Web News

Good Enough Is Better Than Perfect: How to Avoid Burnout and Launch Your Website Faster

April 11, 2023
April 19, 2023
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This episode is for all of you out there that are hesitant to release your website, blog post, or whatever it is you're working on - scared to hand it over to the audience that is supposed to consume it. Instead of releasing what we have on schedule, some of us may hesitate due to perfectionism, burnout, or anxiety over what the users may think. Sometimes a delay is warranted, but often these delays can impair your future decision making on how to update/upgrade your project as you'll have no user feedback to work from. In this episode, Matt and Mike discuss working towards a project that is good enough to release, without focusing on all the "what ifs" for release.


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Show Notes


Set an MVP (release in stages)

  • Break down insurmountable problems and projects into smaller more obtainable goals that are also releasable
    - For example, you may break down a scientific calculator project to a basic calculator - updating it with more advanced features as they are completed
    - The point here is that the basic calculator is still valuable and useable
  • MVP (Minimum Viable Product) versus MLP (Minimum Loveable Product)
    - What's the difference? benefits of each?

Don't Forget Content

  • As projects are developed, we've seen people forget content time and time again
  • They talk about the blog posts and videos that need to fill up in their website in every meeting...but that conversation quickly gets overwhelmed with future plans, web design, and brand direction
    - This often leaves people forgetting about content until it's too late. They easily forget how much work making a blog post, or a video can be
    - Lack of content can put a full stop on a site's release indefinitely
    - In our experience, we've shipped more websites with blogging capabilities that are hidden from the public site because the site owner just never got around to using them

Perfectionism Is Not A Goal

  • Many of us will get to the scheduled launch date and obsess over small things that are not app breaking, or obvious enough for the public to even notice
  • This perfectionism can be a costly endeavor as some people are never done meddling with their site...and when they finally do release it it's often a mess of features that have been worked over so much that the UX is not good, or nobody uses the feature(s) as expected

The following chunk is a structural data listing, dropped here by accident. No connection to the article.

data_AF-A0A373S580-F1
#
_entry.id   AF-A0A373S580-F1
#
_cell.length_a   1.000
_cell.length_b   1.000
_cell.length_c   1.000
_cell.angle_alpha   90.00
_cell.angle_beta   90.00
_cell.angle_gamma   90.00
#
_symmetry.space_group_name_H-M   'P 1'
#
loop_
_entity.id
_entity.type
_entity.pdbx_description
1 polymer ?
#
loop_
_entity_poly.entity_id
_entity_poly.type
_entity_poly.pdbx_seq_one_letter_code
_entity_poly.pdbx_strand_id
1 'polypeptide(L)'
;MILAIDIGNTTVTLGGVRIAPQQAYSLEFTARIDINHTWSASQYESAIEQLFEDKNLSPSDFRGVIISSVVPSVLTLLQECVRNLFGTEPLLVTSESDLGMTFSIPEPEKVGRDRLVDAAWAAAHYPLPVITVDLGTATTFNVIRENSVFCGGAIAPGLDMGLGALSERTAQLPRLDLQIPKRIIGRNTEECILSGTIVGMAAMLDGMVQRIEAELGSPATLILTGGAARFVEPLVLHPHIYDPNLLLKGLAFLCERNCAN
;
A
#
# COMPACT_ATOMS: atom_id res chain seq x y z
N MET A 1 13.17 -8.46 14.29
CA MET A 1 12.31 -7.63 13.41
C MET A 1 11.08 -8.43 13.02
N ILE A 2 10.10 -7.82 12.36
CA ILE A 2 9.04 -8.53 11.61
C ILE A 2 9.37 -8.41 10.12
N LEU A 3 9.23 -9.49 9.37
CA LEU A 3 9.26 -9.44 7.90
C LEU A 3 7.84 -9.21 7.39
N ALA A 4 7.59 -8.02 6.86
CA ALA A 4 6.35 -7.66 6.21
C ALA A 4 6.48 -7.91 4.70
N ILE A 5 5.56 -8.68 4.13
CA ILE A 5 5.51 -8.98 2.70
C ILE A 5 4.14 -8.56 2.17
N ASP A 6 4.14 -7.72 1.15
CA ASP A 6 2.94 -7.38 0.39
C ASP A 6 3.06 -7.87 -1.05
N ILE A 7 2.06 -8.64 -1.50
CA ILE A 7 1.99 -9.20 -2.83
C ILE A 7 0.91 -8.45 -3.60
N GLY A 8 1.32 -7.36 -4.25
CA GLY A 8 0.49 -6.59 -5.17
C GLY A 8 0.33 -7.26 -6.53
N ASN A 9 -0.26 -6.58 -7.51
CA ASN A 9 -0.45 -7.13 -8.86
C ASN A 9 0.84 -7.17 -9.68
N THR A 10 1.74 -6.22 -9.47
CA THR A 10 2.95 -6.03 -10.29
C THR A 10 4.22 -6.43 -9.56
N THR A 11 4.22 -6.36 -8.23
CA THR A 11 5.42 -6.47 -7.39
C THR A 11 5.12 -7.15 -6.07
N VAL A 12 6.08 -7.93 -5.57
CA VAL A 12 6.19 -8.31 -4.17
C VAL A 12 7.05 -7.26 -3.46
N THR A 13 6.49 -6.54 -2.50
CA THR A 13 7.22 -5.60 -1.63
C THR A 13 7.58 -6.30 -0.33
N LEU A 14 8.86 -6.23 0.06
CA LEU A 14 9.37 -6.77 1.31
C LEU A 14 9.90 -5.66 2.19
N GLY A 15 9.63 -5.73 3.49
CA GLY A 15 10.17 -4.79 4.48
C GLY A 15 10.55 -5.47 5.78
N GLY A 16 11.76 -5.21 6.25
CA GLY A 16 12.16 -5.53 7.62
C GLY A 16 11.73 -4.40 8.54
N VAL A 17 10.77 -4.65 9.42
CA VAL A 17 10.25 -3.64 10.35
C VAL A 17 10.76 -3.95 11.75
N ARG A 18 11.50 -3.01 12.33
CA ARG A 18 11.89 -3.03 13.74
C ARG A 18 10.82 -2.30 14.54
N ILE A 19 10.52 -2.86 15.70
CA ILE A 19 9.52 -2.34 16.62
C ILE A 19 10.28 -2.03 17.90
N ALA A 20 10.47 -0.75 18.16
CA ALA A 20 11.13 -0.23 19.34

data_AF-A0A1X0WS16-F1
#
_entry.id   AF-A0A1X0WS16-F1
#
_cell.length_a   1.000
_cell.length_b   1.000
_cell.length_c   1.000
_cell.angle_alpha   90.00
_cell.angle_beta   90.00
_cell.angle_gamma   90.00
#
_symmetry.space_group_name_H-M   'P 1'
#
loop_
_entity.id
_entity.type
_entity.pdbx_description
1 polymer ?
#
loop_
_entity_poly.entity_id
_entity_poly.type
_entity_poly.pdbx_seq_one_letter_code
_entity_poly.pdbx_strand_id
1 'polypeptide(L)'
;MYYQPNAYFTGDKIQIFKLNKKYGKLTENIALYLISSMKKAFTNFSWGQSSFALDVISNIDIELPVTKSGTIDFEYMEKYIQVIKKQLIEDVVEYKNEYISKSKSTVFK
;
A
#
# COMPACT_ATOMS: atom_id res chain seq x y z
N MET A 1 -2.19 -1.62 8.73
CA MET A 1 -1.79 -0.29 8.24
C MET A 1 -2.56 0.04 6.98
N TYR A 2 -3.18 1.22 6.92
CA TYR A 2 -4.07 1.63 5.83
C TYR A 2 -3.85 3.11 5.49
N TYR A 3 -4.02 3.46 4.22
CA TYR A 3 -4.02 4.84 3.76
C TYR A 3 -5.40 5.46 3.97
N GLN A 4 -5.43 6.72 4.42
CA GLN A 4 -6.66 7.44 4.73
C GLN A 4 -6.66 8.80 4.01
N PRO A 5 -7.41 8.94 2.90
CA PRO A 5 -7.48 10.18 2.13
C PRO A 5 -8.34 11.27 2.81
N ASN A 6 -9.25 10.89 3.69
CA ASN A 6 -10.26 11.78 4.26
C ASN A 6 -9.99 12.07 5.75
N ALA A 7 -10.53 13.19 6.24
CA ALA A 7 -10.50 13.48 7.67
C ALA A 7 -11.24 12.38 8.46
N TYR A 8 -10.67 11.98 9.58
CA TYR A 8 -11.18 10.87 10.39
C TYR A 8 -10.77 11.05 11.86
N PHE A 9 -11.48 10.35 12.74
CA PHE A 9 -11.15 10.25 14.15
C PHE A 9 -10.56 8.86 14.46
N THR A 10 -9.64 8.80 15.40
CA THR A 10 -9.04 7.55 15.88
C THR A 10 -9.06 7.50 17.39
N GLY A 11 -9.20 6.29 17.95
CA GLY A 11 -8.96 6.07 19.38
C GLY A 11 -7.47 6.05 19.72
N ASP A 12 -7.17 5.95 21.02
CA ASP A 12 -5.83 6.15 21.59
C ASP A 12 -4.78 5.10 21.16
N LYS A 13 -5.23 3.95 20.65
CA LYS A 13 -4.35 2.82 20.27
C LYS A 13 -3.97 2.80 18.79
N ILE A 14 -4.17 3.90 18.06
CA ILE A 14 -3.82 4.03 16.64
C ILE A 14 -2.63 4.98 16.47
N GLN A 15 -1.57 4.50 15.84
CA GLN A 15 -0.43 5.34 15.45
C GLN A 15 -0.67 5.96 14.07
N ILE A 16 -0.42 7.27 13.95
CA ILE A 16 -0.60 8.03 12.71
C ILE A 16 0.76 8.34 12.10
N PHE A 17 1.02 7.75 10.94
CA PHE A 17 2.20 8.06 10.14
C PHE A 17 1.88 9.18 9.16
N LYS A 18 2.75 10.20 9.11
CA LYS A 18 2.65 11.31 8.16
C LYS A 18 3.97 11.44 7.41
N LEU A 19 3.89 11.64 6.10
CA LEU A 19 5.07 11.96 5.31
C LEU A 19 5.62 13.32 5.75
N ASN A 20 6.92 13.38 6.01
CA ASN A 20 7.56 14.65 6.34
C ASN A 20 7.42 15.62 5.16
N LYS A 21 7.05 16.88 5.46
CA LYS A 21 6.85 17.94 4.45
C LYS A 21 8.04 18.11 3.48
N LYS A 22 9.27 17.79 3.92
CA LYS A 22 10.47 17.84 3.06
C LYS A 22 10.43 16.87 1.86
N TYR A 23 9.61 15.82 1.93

• We recommend that for many projects, getting the public's feedback is king over your own perfectionism - you should want the public's feedback to influence your future updates and decision making

Monetization Hesitation

  • We've had experience with clients that won't monetize their projects - even if the project is successful according to their own goals (ie lots of traffic) because they're worried about taking the next step in their project
  • These worries, from our experience, can range from being concerned if people would pay for something they're currently getting for free, to the opinion that monetization will make the site look cheap
  • People forget that monetization of a website, or web app is also a learned skill
    - If you perfect your website with no monetization, then start to monetize later with no experience doing so - your monetization may look very amateurish in comparison to the polished project
    - In our opinion, we find that leveling up your website/web app management skills at a similar pace to your monetization skills makes for a more coherent product
  • Making money from your project can help with motivating you to work on it
  • Delaying monetization can lead to a lack of motivation and a lack of desire to continue funding something that's constantly in the red

Personal Hesitations

  • These hesitations vary for everyone, the hesitations covered in this episode are not an exhaustive list of potential personal hesitations
  • For this episode we're defining personal hesitations as something that is solely personal and not rooted in a technical concern, or even a marketing concern. (ie I'm worried my friends will make fun of my website)
  • Anxiety, embarrassment, depression, burnout are examples of personal hesitation that we commonly see
  • To overcome these problems, we've found a few things that may help:
    - Smaller releases to make them more manageable
    - Tackling embarrassing things (ie if you think the images on your site don't look good, tackle that problem as quickly as possible)
    - Matt's Website Release Anxiety Cure: Release something you're proud of, something you can share with others WITHOUT MAKING EXCUSES for things as they browse through it
    - Mike's Website Release Anxiety Cure: Release an MVP as fast as possible, don't let release anticipation build up